Tevis: Education in Endurance

By June 1, 2011

The 4th annual Tevis Cup Educational Ride takes place in June. (Photo by Ron Osborn)

The 2011 Western States Trail Ride, also known as the Tevis Cup, runs July 16­–17 (editor’s note: The Tevis Cup was rescheduled for October and the educational ride to July), starting in Lake Tahoe. To help riders prepare for that grueling test of 100 miles in 24 hours, organizers are mounting the fourth annual Tevis Education Ride, June 10–12. Educational Ride co-managers Linda Glazier and Terryl Reed are marshalling riders and volunteers from around the world for this preliminary cross-country adventure, which stretches over 64 miles of the famed Western States Trail.

Riders will gather at the Robinson Flat campsite and attend seminars before heading out Saturday, June 11, for a 36-mile trek to Foresthill Mill Site. That night, seminars will be offered, before riders head out on Sunday to wend their way to Auburn for the final 32 miles.

According to Glazier, education works. “Almost 100 percent of the educational riders who complete the educational ride go on to complete the actual 100-mile event, which is certainly better than the historic average of 50 percent,” she explained. How does the educational ride accomplish this?

During the educational ride, participants are divided into groups of six, with each group accompanied by three experienced endurance riders to instruct participants on pacing, navigation and equine care. There are four veterinary checkpoints along the first day’s route, and three the second day, to both protect horses and educate riders as to what to expect on the big ride. Glazier and Reed plan to group the riders into groups “A”, “B” and “C,” with groups A traveling around seven miles per hour, B traveling six mph and group C averaging five mph. Glazier likens organizing the event to “putting on a small Tevis.”

The Tevis Cup has been held every full moon Saturday in mid-summer since 1955, with the exception of 2008, when wildfires raged in California.

*Due to park service requirements, only 60 riders will be allowed to participate in the rough ride from Robinson Flat to Foresthill, which traverses canyons, presenting spooky views with steep descents and brutal climbs that often occur during the hottest part of the day (when it’s not unusual for the mercury to top 100 in July). Over the course of the Tevis’ 50-plus years, horses have been known to fall into the canyon and die. However, there will be no limit on riders desiring to experience the final 32 miles from the Foresthill Mill Site into Auburn. This section also spans canyons, but it is not considered so frightening since it is almost always traversed in the dark (playing into the “what you can’t see won’t hurt you” mentality typical of horses).*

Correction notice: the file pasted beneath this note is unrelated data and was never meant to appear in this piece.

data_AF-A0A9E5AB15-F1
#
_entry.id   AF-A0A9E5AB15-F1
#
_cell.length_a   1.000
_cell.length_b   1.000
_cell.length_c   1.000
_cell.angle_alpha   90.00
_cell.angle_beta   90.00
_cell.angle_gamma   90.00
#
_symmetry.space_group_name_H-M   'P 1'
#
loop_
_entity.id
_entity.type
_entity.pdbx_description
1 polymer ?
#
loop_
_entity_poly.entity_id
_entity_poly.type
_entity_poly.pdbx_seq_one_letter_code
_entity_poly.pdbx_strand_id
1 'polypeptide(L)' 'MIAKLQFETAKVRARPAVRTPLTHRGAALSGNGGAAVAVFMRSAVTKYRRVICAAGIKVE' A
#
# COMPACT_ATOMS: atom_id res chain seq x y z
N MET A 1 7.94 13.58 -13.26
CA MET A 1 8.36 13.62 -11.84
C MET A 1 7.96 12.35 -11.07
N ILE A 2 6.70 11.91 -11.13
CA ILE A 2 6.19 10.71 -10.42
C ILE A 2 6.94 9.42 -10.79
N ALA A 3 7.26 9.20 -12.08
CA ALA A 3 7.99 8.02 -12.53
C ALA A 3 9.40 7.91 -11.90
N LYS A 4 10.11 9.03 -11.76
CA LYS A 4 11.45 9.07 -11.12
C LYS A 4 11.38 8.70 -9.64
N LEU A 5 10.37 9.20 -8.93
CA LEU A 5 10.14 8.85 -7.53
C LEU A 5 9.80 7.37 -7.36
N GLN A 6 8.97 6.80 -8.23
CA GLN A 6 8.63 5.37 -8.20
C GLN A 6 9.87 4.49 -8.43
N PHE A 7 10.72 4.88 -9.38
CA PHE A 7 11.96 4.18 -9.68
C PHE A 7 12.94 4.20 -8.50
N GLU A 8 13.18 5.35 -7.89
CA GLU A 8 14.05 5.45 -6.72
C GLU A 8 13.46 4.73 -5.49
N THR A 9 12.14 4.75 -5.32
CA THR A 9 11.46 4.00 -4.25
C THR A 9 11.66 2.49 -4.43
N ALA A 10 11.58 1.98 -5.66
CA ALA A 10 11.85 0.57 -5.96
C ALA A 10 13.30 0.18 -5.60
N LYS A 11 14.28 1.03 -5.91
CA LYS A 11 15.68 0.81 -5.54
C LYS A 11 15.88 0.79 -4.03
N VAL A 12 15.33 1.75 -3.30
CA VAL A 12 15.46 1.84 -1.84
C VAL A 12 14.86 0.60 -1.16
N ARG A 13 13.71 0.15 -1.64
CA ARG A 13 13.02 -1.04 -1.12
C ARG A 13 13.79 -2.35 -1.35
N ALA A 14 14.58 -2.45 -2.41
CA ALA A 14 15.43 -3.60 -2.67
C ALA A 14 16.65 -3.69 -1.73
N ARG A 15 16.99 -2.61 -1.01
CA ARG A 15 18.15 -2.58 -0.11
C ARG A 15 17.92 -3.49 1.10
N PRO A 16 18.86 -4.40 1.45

Though good for drought-stricken areas of California, an accumulation of heavy winter snowfall in the Sierra Nevadas could create logistical problems for ride managers. At press time unusually deep snowfall covered sections of the Robinson Flat camp and surrounding roads, but contingency plans are being made in case the expected spring thaw fails to open needed areas.

Rho Bailey, a four-time Tevis finisher who also volunteers for both the competition and the Educational Ride, noted, “Everyone in the world has a dream, especially horse people, and if that dream is to ride Tevis, this educational ride can help.”

Tevis attracts equine adventurers from around the world. Although most currently registered participants are from California, entries for this year’s ride have been accepted from Japan, Guatemala and elsewhere in the U.S. Deirdre Monroe of Santa Fe, New Mexico, views it as an opportunity to learn from experts. “I want to be with people who understand the strategy of completing a 100-mile event over rough terrain. I want to do the Educational Ride and then come back to get my buckle.” The coveted Tevis belt buckle is awarded only to those who can complete the entire 100 miles within the allocated 24 hours on ride day.

An avid hiker, Monroe has traveled to the region over the years to hike segments of the Western States Trail, but knows the feel of a trail changes when as an equestrian you are mounted and trotting out, which she cites as an advantage of the educational ride. “We get to do the canyons and cross the river. I want that feel in my bones.”

The event was conceived and structured for those wanting to be as prepared as possible for the Tevis Cup, but it also attracts those with questions. “This event is for people who don’t know if they want to ride the entire 100 miles,” Glazier said. The ride is not for anyone who doesn’t have a well-conditioned horse with previous trail experience, and it’s not for those who are afraid of heights.

Glazier recalled one participant who, after completing the event, told her quite sincerely: “Thank you very much for having us because I realize now I don’t want to do Tevis!”

Whether or not Tevis is in their future, riders retain all that was learned from camp seminars held by experienced veterinarians, farriers and successful 100-mile riders. They can take home 75 miles of “credit” on their records for each day of the Education Ride they complete (a Tevis Cup entry requires 300 certified miles). They also take home memories of some of the best trails California has to offer. “It truly is a very educational thing for people; it gives them confidence,” Glazier said of the Education Ride. Monroe summed up best the belief of a growing number of Tevis hopefuls: “I just can’t pass it up.”

Advance registration is required for all segments of the Tevis Educational Ride. For more information about the ride, visit www.teviscup.org.


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